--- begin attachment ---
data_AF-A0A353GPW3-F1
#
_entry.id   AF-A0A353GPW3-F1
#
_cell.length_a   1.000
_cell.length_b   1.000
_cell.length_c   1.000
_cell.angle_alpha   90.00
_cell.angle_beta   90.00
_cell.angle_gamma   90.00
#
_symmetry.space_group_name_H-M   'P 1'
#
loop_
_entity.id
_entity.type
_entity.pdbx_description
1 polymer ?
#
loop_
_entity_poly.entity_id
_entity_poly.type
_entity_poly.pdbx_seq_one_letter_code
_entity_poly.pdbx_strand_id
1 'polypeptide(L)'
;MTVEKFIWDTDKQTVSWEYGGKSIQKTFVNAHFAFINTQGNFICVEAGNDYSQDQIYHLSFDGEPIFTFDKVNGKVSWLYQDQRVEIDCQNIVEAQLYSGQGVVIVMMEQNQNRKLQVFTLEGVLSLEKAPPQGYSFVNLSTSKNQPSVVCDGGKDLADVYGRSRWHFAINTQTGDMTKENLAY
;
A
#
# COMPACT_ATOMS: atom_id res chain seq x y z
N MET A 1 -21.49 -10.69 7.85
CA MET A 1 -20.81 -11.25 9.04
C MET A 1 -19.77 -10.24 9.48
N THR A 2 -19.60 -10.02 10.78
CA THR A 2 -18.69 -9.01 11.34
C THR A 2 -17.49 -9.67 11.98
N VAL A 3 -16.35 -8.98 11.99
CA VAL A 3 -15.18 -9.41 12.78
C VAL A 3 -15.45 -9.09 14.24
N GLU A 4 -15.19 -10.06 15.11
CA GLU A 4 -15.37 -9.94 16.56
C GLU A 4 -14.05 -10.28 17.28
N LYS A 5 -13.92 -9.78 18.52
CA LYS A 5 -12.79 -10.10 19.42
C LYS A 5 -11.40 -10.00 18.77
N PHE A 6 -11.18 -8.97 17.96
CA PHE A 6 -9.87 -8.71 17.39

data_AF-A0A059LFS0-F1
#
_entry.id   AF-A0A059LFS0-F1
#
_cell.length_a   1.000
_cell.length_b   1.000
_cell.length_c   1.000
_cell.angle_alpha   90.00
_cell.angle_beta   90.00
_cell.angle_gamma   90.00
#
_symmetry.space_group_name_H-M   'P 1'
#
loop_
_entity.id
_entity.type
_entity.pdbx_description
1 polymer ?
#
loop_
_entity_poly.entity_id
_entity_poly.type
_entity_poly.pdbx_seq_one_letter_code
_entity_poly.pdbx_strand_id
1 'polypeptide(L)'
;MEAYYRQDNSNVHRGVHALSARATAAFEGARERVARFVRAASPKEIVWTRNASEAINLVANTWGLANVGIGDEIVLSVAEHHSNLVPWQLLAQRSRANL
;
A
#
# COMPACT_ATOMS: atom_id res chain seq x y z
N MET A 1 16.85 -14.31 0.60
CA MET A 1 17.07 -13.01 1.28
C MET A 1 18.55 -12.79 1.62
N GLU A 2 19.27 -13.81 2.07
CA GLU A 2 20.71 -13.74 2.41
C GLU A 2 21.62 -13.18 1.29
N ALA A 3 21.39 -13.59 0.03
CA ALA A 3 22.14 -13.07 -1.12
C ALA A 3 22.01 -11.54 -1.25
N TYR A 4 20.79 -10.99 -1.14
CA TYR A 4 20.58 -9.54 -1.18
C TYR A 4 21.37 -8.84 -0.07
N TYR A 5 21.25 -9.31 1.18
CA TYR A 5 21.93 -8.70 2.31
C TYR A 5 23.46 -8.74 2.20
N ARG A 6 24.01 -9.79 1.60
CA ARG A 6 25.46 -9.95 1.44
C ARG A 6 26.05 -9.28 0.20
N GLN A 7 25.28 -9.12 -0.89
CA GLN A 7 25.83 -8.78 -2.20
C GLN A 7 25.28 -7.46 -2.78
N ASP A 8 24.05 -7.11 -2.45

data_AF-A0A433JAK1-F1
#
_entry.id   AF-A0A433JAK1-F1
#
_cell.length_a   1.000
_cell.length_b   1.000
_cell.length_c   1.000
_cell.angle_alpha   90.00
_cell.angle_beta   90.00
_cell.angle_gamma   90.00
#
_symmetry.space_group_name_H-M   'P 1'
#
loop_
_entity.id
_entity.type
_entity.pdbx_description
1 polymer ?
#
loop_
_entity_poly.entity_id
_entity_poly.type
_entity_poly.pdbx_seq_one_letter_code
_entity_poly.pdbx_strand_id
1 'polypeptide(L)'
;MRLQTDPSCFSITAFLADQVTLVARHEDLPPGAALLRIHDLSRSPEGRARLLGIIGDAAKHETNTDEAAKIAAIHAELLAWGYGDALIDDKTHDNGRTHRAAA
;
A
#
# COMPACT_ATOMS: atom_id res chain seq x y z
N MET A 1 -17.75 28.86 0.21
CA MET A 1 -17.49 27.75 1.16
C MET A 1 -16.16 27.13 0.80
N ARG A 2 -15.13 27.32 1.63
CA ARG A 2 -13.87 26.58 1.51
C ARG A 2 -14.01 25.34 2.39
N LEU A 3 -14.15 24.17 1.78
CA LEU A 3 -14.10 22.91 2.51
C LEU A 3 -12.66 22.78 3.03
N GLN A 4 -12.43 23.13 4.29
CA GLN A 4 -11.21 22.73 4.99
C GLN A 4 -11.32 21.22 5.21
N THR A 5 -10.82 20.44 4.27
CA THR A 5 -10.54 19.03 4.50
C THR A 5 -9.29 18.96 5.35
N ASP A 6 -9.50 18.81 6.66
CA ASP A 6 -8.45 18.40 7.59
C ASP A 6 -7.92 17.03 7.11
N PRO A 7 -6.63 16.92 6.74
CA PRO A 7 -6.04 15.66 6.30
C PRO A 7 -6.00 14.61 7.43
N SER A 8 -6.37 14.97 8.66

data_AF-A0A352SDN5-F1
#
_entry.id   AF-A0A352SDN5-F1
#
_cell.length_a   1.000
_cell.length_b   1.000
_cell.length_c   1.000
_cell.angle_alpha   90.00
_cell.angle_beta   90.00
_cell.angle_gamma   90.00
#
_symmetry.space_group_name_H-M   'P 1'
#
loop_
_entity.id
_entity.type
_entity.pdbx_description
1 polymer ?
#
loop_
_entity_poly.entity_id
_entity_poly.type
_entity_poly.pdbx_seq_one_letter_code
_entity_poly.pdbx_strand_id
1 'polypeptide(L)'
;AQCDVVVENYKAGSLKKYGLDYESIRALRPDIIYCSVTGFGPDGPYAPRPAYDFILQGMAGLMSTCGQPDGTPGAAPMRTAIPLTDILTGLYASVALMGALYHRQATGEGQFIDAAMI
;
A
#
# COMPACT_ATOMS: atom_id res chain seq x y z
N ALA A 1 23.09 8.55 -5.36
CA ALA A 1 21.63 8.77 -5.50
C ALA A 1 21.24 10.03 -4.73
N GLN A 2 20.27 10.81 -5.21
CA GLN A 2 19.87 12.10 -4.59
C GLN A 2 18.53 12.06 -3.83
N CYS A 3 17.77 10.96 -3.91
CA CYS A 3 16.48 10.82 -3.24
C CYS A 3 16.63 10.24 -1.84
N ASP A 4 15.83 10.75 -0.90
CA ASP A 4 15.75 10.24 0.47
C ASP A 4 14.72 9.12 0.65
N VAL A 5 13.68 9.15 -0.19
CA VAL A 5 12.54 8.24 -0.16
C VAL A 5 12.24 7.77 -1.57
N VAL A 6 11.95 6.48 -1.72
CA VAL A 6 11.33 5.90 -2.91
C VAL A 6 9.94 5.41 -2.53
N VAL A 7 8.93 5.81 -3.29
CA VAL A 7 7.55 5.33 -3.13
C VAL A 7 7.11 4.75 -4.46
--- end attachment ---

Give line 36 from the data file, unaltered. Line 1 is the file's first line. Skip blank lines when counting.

C THR A 2 -17.49 -9.67 11.98